Considerations for Employment Agreements Based on Recent Trends in Non-Compete Law

     The Columbus, Ohio employment attorneys at Nardone Limited regularly assist our clients with labor and employment issues, such as Department of Labor compliance, as well as guidance on preventing and responding to discrimination and harassment charging affidavits filed with the Equal Employment Opportunity Commission (“EEOC”) and the Ohio Civil Rights Commission (“OCRC”). As a part of Nardone Limited’s employment law practice, we are always following the current pulse of the law governing the use of non-compete clauses in employment agreements.

General Rule Regarding Non-Compete Clauses

     Generally, the law provides that non-competition agreements will be upheld by the courts, so long as the non-compete clause imposes reasonable restrictions and does not violate a recognized public policy interest. One caveat to the general enforceability of non-compete clauses, however, is that the State of California has completely barred non-competes under California law. But, in Ohio, and in most states across the country, non-compete agreements that are reasonable in duration and distance are enforceable and are generally upheld by the courts. Applying the above general rule, countless Ohio court rulings have enforced non-compete agreements. As an example, see Brentlinger Enterprises v. Curran, in which the Tenth District Court of Appeals held that a non-compete clause will be deemed reasonable as long as the clause: 1) is not broader than necessary for the protection of the employer’s legitimate business interest; 2) it does not impose undue hardship on the employee; and 3) it does not violate public policy. 752 N.E.2d 994 (10th Dist. 2001). The prevailing standard continues to suggest that the non-compete agreements with employees will generally be upheld. But, there is a growing trend that employers should be aware of with respect to non-competes involving low-level employees.

Trend Towards Limiting Non-Competes for Low-Level Employees

     Increasingly, courts in Ohio and around the country have begun to interpret the undue hardship concept referenced above to place limitations on the scope of non-compete agreements entered into with low-level employees. No other state has gone as far as a California. But, there is a growing trend towards states placing greater scrutiny on non-competes clauses that effect low-level employees. As an example, Michigan has proposed legislation that would make non-competes against employees unenforceable if the employee’s annual wages were below a certain threshold of roughly $30,000.

     Do these trends mean that Ohio employers should simply give up on non-competes involving all low-level employees? To put it simply, the answer is no. Nardone Limited still recommends that employers use non-compete agreements in their employment agreements, as one component of sound business planning. But, what we would recommend is that employers take extra care to ensure that non-compete agreements involving non-management employees are no broader than necessary to protect the employer’s reasonable business purposes. If the non-compete clause regarding a low-level employee is much broader than reasonably necessary, employers take the risk of a court changing the clause, or altogether not enforcing the clause.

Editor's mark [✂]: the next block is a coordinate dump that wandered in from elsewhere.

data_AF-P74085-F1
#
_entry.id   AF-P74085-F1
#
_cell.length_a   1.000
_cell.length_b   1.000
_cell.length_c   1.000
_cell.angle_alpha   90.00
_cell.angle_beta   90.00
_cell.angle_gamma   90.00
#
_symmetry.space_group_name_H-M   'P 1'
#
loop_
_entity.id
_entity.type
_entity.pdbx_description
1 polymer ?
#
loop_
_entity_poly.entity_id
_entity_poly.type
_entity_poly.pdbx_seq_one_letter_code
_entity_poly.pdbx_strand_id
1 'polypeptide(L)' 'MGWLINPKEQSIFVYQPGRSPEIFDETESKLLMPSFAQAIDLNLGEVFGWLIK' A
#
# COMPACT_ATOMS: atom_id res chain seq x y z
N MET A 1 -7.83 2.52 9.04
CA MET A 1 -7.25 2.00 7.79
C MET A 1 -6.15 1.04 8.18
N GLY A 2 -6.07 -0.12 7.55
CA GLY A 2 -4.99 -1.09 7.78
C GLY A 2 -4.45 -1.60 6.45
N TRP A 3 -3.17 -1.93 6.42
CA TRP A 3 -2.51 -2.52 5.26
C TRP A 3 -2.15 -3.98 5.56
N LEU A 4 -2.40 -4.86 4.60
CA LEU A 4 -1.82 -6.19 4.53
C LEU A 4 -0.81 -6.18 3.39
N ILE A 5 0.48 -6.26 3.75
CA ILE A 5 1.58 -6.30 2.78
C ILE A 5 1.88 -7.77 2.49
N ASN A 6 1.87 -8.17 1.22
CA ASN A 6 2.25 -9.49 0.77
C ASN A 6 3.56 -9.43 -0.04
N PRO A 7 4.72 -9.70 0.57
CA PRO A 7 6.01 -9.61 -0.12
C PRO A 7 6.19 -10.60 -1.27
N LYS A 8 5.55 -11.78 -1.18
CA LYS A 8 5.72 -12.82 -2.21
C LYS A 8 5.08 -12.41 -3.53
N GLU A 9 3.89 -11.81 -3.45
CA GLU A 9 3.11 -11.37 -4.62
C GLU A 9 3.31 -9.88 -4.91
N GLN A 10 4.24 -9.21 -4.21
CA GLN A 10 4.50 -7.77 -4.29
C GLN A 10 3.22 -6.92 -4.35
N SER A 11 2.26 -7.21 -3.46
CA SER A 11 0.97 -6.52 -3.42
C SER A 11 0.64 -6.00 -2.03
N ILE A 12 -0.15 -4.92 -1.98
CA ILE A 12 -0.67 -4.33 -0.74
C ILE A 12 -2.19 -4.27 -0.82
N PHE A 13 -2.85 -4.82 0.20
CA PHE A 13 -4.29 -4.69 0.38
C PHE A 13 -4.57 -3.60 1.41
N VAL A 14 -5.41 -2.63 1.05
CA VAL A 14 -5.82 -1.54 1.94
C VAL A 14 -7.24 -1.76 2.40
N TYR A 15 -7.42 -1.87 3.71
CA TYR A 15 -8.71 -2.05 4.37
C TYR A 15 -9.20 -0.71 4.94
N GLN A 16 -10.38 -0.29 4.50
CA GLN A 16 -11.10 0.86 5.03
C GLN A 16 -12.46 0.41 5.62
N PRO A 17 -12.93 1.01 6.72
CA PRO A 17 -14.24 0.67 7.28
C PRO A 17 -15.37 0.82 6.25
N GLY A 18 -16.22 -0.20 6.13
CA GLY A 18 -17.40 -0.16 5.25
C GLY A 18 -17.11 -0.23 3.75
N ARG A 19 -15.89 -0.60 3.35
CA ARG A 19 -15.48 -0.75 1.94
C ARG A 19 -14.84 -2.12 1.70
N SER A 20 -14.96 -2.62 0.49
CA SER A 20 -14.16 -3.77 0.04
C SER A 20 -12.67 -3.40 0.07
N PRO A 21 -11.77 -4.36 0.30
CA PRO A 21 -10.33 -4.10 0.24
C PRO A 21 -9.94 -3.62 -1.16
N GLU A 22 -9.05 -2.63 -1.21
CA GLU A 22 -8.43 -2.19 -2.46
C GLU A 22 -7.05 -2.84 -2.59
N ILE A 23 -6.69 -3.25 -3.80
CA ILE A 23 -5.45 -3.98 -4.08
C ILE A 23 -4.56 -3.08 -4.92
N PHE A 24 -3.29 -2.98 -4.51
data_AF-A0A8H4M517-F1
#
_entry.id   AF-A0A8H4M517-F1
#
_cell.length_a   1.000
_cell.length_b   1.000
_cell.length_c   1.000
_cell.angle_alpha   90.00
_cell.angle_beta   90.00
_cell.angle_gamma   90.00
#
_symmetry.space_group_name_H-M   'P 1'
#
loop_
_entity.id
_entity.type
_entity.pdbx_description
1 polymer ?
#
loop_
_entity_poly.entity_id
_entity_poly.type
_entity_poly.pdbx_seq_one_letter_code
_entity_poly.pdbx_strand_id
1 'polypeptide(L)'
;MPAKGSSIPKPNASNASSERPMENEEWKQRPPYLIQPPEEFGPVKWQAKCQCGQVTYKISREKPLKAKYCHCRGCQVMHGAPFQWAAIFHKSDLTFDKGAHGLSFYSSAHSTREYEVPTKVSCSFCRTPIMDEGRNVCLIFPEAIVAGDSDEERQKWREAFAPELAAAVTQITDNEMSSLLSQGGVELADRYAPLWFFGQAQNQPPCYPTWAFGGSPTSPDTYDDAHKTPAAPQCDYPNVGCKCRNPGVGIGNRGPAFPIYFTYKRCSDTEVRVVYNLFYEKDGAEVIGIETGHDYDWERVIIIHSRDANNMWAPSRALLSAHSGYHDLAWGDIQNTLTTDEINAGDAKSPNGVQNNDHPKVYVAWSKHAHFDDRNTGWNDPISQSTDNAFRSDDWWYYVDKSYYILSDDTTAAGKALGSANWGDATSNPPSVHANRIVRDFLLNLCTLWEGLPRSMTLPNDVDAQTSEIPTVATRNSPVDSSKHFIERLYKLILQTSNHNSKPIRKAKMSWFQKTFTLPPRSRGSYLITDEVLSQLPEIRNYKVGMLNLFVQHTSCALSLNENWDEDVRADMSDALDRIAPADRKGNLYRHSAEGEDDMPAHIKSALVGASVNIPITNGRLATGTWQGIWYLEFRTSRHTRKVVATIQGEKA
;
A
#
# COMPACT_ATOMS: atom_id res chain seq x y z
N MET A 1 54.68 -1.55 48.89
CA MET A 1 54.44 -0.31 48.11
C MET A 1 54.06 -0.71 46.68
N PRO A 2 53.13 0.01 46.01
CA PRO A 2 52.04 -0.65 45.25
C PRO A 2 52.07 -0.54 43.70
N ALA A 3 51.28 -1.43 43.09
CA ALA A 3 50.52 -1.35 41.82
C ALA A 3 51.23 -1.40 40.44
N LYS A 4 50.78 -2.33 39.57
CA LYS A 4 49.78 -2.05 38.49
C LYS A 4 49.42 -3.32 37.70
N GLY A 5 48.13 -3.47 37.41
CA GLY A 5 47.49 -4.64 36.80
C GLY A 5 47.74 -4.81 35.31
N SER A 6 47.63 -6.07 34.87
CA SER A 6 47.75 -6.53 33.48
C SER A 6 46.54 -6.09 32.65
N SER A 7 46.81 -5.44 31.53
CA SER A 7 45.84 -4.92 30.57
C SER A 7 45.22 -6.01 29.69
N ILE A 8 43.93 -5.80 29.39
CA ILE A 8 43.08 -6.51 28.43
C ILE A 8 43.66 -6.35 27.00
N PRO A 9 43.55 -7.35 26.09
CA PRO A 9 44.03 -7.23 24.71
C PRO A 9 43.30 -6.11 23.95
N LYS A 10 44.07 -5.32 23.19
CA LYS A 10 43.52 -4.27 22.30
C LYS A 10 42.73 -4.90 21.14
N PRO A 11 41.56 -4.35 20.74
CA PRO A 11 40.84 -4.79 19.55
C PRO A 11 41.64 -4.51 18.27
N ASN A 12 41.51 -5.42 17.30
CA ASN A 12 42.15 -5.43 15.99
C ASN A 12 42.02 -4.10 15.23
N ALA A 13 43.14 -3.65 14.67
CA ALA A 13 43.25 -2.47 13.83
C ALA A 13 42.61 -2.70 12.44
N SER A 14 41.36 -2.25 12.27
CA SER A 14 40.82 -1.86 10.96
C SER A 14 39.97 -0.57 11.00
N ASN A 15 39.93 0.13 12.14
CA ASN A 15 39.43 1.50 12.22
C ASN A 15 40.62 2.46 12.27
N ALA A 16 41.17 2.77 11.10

Thus, employers should carefully evaluate whether the duration and geographic limitations on competition are no broader than necessary for the particular industry and type of employee involved. And, as part of the process, we would recommend that employers also carefully consider whether a non-compete actually serves a business purpose with respect to each type of low-level employee. For example, a company likely would not have many strong business reasons for imposing a non-compete on entry-level janitorial staff. On the other hand, there would be many good business reasons to have non-compete agreements with entry-level staff that have significant interactions with the employer’s customer base.

Employer Takeaways

     The takeaway here is that employers should not blindly apply the same non-compete agreement to all employees across the board. Employers also should not be using boiler plate agreements that they obtain off the internet or simply modifying prior agreements for new employees and circumstances. Rather, non-competes should be customized in each specific circumstance by someone familiar with the law. Employers should work with counsel to draft non-compete agreements that are proportional to the level of employee involved. Taking this step will help to ensure maximal enforceability of your company’s non-compete agreements with employees.

Contact Nardone Limited

     The Nardone Limited employment attorneys handle a full spectrum of employment law issues, including business disputes and litigation, drafting of employment and restrictive covenants, and consultation on all types of employment law issues. If your business needs advice or representation on an employment dispute before the EEOC, the OCRC, or regarding potential employment litigation, contact one of our employment attorneys. Further, feel free to contact Nardone Limited if you would like more information or consultation regarding any employment law issue.